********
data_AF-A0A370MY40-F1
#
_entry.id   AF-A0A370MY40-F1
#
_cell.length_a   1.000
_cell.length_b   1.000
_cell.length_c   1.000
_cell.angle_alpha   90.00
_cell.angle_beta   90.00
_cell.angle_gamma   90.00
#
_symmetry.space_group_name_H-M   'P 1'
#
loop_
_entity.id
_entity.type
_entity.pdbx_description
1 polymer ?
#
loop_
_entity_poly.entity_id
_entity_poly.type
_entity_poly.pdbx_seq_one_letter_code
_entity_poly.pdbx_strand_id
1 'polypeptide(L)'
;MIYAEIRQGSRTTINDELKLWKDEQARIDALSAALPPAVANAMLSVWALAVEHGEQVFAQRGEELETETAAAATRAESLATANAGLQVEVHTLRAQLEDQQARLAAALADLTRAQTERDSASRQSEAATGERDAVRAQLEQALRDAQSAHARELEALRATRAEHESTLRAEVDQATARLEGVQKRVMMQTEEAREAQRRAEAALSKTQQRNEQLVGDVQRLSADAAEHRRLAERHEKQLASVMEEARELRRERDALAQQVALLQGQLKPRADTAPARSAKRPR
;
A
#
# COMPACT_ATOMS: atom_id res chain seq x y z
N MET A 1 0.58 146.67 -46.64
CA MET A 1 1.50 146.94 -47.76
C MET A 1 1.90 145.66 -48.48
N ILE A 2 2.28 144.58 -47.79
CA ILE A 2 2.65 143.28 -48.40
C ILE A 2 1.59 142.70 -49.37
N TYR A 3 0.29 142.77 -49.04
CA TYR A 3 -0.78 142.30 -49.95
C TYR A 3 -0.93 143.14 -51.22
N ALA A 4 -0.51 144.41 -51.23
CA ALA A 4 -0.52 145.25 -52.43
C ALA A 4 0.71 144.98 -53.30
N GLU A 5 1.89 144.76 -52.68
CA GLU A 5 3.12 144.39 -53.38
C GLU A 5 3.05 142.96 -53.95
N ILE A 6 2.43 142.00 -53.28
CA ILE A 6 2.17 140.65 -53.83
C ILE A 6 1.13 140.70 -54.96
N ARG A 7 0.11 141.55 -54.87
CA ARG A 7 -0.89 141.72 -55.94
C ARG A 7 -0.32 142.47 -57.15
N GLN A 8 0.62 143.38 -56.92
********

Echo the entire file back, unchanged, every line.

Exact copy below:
data_AF-A0A370MY40-F1
#
_entry.id   AF-A0A370MY40-F1
#
_cell.length_a   1.000
_cell.length_b   1.000
_cell.length_c   1.000
_cell.angle_alpha   90.00
_cell.angle_beta   90.00
_cell.angle_gamma   90.00
#
_symmetry.space_group_name_H-M   'P 1'
#
loop_
_entity.id
_entity.type
_entity.pdbx_description
1 polymer ?
#
loop_
_entity_poly.entity_id
_entity_poly.type
_entity_poly.pdbx_seq_one_letter_code
_entity_poly.pdbx_strand_id
1 'polypeptide(L)'
;MIYAEIRQGSRTTINDELKLWKDEQARIDALSAALPPAVANAMLSVWALAVEHGEQVFAQRGEELETETAAAATRAESLATANAGLQVEVHTLRAQLEDQQARLAAALADLTRAQTERDSASRQSEAATGERDAVRAQLEQALRDAQSAHARELEALRATRAEHESTLRAEVDQATARLEGVQKRVMMQTEEAREAQRRAEAALSKTQQRNEQLVGDVQRLSADAAEHRRLAERHEKQLASVMEEARELRRERDALAQQVALLQGQLKPRADTAPARSAKRPR
;
A
#
# COMPACT_ATOMS: atom_id res chain seq x y z
N MET A 1 0.58 146.67 -46.64
CA MET A 1 1.50 146.94 -47.76
C MET A 1 1.90 145.66 -48.48
N ILE A 2 2.28 144.58 -47.79
CA ILE A 2 2.65 143.28 -48.40
C ILE A 2 1.59 142.70 -49.37
N TYR A 3 0.29 142.77 -49.04
CA TYR A 3 -0.78 142.30 -49.95
C TYR A 3 -0.93 143.14 -51.22
N ALA A 4 -0.51 144.41 -51.23
CA ALA A 4 -0.52 145.25 -52.43
C ALA A 4 0.71 144.98 -53.30
N GLU A 5 1.89 144.76 -52.68
CA GLU A 5 3.12 144.39 -53.38
C GLU A 5 3.05 142.96 -53.95
N ILE A 6 2.43 142.00 -53.28
CA ILE A 6 2.17 140.65 -53.83
C ILE A 6 1.13 140.70 -54.96
N ARG A 7 0.11 141.55 -54.87
CA ARG A 7 -0.89 141.72 -55.94
C ARG A 7 -0.32 142.47 -57.15
N GLN A 8 0.62 143.38 -56.92